“Art as Information: Re-reading Quicksand” is a micro-study of an African American cultural narrative through artmaking. My subject is the autobiographical and fictional novel, Quicksand by Nella Larsen (1928). Larsen’s life and creative storytelling provide paths for how we may attend to cultural heritage knowledge gaps about African American womanhood by engaging with the works (or informing processes) of art. This especially highlights works concerning self-definition and self-determination while navigating life within a racialized, classed, and gendered body. I intend to re-present Quicksand as an autobiographical artifact and living artwork to invite ongoing inquiry and knowledge production on Black womanhood in intimate and shared spaces. I will approach this research by making artworks that reiterate and interpret knowledges that emerge from reading Larsen’s narrative. I will also document processes and analysis of my annotations and artmaking that emerges—providing an intimate view of how Art as Information (AAI) [via Tonyia Tidline] is engaged to research an artifact for critical and iterative/cyclical exploration.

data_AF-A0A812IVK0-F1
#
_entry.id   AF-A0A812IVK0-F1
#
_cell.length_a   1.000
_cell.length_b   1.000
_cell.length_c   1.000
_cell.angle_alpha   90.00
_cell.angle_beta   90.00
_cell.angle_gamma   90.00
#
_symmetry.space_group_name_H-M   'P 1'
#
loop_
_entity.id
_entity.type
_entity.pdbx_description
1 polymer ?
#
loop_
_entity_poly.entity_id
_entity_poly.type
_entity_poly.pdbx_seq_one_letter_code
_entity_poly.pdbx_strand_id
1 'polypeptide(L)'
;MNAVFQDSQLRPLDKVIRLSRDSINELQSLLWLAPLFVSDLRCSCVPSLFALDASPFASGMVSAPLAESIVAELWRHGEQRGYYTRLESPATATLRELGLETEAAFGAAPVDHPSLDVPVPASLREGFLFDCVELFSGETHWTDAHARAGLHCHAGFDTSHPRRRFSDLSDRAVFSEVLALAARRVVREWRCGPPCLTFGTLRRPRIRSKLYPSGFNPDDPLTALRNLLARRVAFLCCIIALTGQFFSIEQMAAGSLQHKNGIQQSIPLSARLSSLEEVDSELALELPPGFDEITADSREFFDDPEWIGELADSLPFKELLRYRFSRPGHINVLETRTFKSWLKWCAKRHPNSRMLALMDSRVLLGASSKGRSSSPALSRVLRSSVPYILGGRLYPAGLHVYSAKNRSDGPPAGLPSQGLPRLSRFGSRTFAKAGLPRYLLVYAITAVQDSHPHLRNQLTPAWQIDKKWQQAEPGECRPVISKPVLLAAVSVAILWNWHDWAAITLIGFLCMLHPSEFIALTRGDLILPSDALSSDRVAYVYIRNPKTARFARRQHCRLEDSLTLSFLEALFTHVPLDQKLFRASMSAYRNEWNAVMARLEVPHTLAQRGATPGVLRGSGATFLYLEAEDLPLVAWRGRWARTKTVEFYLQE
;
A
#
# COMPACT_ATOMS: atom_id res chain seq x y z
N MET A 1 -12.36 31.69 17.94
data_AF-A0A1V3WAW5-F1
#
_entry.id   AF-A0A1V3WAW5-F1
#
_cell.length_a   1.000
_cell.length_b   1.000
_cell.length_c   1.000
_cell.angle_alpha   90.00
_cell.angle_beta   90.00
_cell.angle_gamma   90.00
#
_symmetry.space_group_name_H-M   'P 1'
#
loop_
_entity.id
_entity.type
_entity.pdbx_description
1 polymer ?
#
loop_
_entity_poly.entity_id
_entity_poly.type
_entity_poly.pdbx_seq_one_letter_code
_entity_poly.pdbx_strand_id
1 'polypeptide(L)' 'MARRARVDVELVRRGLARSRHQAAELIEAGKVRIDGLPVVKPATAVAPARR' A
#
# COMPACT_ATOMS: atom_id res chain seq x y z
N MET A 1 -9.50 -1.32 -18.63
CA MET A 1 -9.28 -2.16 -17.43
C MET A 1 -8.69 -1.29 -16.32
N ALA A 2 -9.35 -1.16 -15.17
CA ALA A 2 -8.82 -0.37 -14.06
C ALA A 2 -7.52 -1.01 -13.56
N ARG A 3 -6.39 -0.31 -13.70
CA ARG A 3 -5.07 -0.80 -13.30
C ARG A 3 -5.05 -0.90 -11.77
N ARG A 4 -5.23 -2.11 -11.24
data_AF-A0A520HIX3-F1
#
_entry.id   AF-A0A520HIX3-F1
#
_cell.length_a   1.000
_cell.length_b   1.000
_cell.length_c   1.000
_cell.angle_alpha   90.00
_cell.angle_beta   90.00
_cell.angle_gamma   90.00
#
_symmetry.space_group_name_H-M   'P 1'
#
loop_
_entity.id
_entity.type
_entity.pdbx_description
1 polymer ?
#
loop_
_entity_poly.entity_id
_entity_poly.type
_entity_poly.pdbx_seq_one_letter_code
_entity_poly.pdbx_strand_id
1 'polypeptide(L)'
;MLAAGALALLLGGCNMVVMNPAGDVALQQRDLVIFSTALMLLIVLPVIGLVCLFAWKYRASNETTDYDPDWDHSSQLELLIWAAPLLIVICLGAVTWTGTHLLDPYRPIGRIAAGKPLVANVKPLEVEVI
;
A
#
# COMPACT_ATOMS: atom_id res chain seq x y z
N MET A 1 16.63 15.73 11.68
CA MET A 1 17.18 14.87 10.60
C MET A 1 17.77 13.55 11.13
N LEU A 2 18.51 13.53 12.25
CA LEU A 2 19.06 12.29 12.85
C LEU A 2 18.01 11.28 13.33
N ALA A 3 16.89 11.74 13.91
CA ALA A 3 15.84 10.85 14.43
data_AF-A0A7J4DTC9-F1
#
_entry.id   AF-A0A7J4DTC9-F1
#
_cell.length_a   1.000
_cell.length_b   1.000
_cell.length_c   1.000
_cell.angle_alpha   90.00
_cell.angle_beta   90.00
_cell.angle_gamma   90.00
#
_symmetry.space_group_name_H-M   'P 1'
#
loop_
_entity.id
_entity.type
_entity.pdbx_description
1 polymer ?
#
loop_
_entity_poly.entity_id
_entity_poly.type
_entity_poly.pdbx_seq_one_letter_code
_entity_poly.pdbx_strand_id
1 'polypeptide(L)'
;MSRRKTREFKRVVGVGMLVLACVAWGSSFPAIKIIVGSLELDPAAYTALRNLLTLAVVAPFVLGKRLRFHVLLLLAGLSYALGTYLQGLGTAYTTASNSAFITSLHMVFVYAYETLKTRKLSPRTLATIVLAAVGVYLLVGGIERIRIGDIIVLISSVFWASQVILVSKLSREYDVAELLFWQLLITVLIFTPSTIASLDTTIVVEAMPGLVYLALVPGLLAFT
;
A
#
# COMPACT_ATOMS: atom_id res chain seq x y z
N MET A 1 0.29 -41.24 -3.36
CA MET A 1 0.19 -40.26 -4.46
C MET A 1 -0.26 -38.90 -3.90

This dissertation reintroduces AAI as a subfield of Information Sciences that engages artmaking as an information technology. It involves the study of arts’ roles within knowledge production: how we craft, document, process, and circulate information through making art. For my research, I intertwine AAI with cultural-attentive lenses, such as Black Feminist Material Culture (BFMC) [via Sharbreon Plummer] and Culturally Situated Reader Response Theory (CRRT) [via Wanda Brooks, Susan Browne, LaTesha Velez], to examine how we may tend to cultural knowledges that are historically silenced and disfigured—exploring the liberatory aspects of artmaking to intercept and dismantle exploitative depictions (i.e., visual violences) historically committed against marginalized groups under the guise of neutral documentation and curiosity [via Lisa Gail Collins, Christina Sharpe, Saidiya Hartman]. I also lean on scholarship from Art Education (e.g., research creation) [via Natalie Loveless] to explore how AAI engages with auto/biographical knowledge production to navigate tensions between fiction and reality in documenting someone’s life as self-definition or embodiment emerges, evolves, and fluctuates over time [via Toni Morrison, Jamie Ann Lee]. Lastly, my ever-present question while conducting this research interrogates how artmaking may also tend to the psychological impact involved with processing such narratives on Black womanhood that involve traumatic experiences.